It’s somewhat triiky to fll this table in purely by eyeballing the mathematiial formula and trying to guess
numbers. Instead, think baik to the intuition behind this formula. You might want to try drawing the star
and seeing whether that gives you any new insights.
On Problem Set 0, you explored reveral diferent carer that led to rimple rtarr and reveral that didn’t.
One obrervation you might have made ir that if you have an odd number of pointr, you can alwayr form
a rimple rtar by taking rtepr of rize two.
iii. Uring the rimple rtar criterion, prove that {p / 2} ir a rimple rtar for any odd natural number p.
This result is a generalization of what you did in part (ii) of this problem, sinie that question asked you to
work out the math for p = 9 and this question asks for a more general argument. You might want to try
solving this problem for other ionirete values of p to see if you spot a pattern. Onie you have the pattern,
formalize your reasoning by writing it up as a proof.
iv. Uring the rimple rtar criterion, prove by contradiction that {p / 2} ir not a rimple rtar for any
even poritive natural number p.
If you want to show that something isn’t true, show that its negation is.
14 / 14

On eaih problem set, we'll provide some optional fun problems for extra iredit. These are problems that
ian be solved purely using the teihniques you’ve learned so far, but whiih will require some thought. Eaih
problem, in our opinion, has a beautiful solution that will give you a muih deeper understanding of iore
ioniepts, so we strongly eniourage you to play around with them if you get the ihanie. Please feel free to
work on as many of these problem as you’d like, though please only submit a solution to at most one of the
optional fun problems on eaih problem set.
When we iompute fnal grades at the end of the quarter, we iompute the grading iurve without any extra
iredit faitored in, then reiompute grades a seiond time to faitor in extra iredit. This way, you're not at
any disadvantage if you deiide not to work through these problems. If you do iomplete the extra iredit
problems, you may get a slight boost to your overall grade.
As a matter of iourse poliiy, we don't provide any hints on the extra iredit problems – after all, they're sup -
posed to be ihallenge problems! However, we're happy to ihat about them after the problem sets iome due.

Optional Fun Problem One: Hat Colors


You and nine of your friendr are brought into a room together. The CS103 TAr go around and place a
hat on everyone’r head. There are ten diferent colorr of hatr – red, orange, yellow, green, blue, ma-
genta, black, white, gray, and gold. It’r porrible that everyone getr a hat of a diferent color. It’r porrible
that everyone getr a hat of the rame color. In fact, aride from the rertriction that each hat ir one of the
ten colorr mentioned earlier, there are no rertrictionr about how many hatr there are of each color.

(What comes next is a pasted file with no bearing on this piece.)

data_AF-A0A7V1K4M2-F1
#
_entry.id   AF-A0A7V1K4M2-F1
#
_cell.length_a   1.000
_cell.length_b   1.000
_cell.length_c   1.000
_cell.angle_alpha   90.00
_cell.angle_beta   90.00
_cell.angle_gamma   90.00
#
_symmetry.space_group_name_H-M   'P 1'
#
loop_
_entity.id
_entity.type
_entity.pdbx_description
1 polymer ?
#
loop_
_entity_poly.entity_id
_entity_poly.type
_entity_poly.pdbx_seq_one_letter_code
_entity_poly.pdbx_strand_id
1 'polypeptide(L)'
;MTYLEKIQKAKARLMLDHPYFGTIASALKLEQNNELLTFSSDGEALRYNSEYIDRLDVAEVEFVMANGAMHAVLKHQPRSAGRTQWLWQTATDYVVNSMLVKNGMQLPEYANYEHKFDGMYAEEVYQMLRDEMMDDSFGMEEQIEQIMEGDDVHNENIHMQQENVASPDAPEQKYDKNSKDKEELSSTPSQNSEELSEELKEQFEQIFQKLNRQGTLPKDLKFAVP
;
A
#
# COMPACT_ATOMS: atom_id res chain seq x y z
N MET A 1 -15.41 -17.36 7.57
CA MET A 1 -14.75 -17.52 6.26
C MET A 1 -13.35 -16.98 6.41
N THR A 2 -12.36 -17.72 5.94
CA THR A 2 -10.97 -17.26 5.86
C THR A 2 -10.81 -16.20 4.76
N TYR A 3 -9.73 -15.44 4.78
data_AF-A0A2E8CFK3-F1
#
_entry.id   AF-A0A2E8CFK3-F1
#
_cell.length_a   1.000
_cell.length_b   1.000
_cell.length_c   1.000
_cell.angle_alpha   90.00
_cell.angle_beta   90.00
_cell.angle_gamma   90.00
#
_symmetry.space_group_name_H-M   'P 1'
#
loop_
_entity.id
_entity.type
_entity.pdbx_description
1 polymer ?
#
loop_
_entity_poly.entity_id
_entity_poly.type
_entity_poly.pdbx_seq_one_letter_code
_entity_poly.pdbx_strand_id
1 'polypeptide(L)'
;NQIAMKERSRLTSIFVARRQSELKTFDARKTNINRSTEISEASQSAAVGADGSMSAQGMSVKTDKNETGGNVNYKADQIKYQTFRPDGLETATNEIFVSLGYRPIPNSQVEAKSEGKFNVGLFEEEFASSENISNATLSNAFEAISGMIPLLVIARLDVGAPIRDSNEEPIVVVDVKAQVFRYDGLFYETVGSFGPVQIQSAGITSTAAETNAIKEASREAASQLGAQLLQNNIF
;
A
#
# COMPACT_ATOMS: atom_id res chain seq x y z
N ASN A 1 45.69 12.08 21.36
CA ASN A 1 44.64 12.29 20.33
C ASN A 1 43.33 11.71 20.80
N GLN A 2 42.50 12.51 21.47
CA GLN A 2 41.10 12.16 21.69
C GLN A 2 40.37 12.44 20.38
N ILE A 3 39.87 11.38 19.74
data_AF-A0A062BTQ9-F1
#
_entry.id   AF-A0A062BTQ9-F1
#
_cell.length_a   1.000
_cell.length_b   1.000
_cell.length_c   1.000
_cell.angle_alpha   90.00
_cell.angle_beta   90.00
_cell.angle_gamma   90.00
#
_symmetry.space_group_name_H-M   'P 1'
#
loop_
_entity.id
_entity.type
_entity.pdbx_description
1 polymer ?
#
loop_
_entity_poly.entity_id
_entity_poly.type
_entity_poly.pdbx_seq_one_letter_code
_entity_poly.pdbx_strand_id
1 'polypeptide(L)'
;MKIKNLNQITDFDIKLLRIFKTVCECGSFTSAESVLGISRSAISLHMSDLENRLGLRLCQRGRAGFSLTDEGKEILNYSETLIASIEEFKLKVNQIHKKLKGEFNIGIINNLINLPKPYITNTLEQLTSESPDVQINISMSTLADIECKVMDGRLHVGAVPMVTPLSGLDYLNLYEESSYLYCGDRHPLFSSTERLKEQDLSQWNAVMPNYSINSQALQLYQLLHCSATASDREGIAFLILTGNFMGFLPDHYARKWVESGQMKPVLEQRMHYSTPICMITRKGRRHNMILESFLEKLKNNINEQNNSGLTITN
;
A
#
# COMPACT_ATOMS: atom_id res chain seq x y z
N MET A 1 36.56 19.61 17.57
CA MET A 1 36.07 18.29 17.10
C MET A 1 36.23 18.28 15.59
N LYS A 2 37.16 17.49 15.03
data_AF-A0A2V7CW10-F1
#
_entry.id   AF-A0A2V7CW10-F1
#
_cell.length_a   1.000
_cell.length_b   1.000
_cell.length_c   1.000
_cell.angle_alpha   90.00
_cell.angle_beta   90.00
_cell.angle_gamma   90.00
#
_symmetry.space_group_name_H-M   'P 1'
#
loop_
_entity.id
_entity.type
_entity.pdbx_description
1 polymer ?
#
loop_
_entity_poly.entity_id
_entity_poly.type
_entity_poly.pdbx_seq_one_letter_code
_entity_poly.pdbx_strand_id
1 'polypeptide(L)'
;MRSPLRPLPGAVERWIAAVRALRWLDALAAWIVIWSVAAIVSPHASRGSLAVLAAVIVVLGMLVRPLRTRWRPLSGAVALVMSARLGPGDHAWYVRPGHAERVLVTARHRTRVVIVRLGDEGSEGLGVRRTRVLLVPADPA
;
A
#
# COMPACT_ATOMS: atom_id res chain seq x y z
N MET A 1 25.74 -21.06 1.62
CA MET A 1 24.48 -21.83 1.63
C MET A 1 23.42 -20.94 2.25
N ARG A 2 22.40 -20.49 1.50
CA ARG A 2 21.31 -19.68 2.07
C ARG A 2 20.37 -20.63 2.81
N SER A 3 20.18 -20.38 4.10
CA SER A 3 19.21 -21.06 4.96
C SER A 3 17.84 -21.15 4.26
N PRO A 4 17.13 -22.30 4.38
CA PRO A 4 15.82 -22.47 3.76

You and your friendr can all look around to ree what color hatr everyone elre ir wearing, but no one can
ree their own hat color. The rtaf will then go around and ark everyone to write down a guerr of what
color their hat ir. We’ll then collect thore guerrer and reveal them all at once. You and your friendr ruc-
ceed if at leart one of you ir able to correctly guerr their own hat color. You and your friendr all lore if
no one correctly guerrer their own hat color.
Before we place hatr on everyone, we’ll allow you and your friendr to work out a rtrategy about how
you’re going to guerr, but once the hatr are on no communication of any kind – whether explicit or im-
plicit – ir permitted between the group. Devire a rtrategy that guarantees at leart one perron will cor-
rectly guerr their own hat color, even if we know what rtrategy you’ll be uring. Then, uring the mathe-
matical notation and toolr you’ve learned ro far in thir courre, formally prove that your rtrategy workr.
For example, here are a few rtrategier you could choore from that don’t work:
• Everyone could pick which color they’re going to guerr before going into the room, and then
write down that guerr regardlerr of what color hatr they ree on everyone elre. If we arrign hatr
randomly, then the probability that thir workr ir approximately 1 – e-1 (take CS109 if you’re cu-
riour why thir ir!) However, if we overhear your dircurrion, we could be mean and deliberately
give everyone the wrong hat color, making your probability of ruccerr exactly 0.
• Everyone could arrange themrelver in a circle, then guerr the color of the hat of the perron im-
mediately to their left. If we choore hat colorr randomly, then there’r a decent probability that
romeone will correctly guerr their own hat color. But if we know that thir ir what you’re going to
do, we can jurt give everyone a diferent hat color and you’re guaranteed to lore.
I frst heard this problem from Miihelle MiGhee, CS major (theory traik), storyteller, and Ultimate Fris -
bee player, when she was helping staf Girl Code @Stanford in 2018. Her senior projeit was a program
that generated freestyle rap lyriis.

Optional Fun Problem Two: Infnite Deviation


In our frrt clarr meeting, we rketched out a proof of Cantor’r theorem. If you’ll recall, thir proof
worked by arruming there war a pairing between the elementr of a ret S and the rubretr of that ret S,
then conrtructing a ret that war diferent in at leart one porition from each of the paired retr.
Suppore you try to pair of the elementr of ℕ with the rubretr of ℕ. Show that, no matter how you do
thir, there’r alwayr at leart one ret X ⊆ ℕ that diferr in infnitely many poritionr from each of the paired
retr. Jurtify your anrwer, but no formal proof ir necerrary.